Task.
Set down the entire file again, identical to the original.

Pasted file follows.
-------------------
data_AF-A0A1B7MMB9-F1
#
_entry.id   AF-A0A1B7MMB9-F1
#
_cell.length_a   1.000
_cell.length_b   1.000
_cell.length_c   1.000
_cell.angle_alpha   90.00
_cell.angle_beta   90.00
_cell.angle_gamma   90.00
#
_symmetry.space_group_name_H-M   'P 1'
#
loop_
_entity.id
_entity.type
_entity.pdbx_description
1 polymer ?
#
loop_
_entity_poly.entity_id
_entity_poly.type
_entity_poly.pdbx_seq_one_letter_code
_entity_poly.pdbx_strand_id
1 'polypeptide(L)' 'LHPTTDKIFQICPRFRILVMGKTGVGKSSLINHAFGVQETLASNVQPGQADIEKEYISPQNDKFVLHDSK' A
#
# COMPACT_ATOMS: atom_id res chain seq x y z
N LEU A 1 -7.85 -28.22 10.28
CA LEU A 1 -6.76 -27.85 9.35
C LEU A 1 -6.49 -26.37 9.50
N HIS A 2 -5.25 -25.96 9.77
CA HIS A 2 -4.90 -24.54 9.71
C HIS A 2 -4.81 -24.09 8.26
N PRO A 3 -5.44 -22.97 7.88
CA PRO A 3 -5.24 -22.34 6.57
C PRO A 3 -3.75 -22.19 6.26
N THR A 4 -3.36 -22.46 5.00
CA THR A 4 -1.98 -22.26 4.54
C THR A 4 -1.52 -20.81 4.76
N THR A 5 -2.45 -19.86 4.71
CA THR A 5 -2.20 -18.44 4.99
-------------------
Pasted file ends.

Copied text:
data_AF-A0A1B7MMB9-F1
#
_entry.id   AF-A0A1B7MMB9-F1
#
_cell.length_a   1.000
_cell.length_b   1.000
_cell.length_c   1.000
_cell.angle_alpha   90.00
_cell.angle_beta   90.00
_cell.angle_gamma   90.00
#
_symmetry.space_group_name_H-M   'P 1'
#
loop_
_entity.id
_entity.type
_entity.pdbx_description
1 polymer ?
#
loop_
_entity_poly.entity_id
_entity_poly.type
_entity_poly.pdbx_seq_one_letter_code
_entity_poly.pdbx_strand_id
1 'polypeptide(L)' 'LHPTTDKIFQICPRFRILVMGKTGVGKSSLINHAFGVQETLASNVQPGQADIEKEYISPQNDKFVLHDSK' A
#
# COMPACT_ATOMS: atom_id res chain seq x y z
N LEU A 1 -7.85 -28.22 10.28
CA LEU A 1 -6.76 -27.85 9.35
C LEU A 1 -6.49 -26.37 9.50
N HIS A 2 -5.25 -25.96 9.77
CA HIS A 2 -4.90 -24.54 9.71
C HIS A 2 -4.81 -24.09 8.26
N PRO A 3 -5.44 -22.97 7.88
CA PRO A 3 -5.24 -22.34 6.57
C PRO A 3 -3.75 -22.19 6.26
N THR A 4 -3.36 -22.46 5.00
CA THR A 4 -1.98 -22.26 4.54
C THR A 4 -1.52 -20.81 4.76
N THR A 5 -2.45 -19.86 4.71
CA THR A 5 -2.20 -18.44 4.99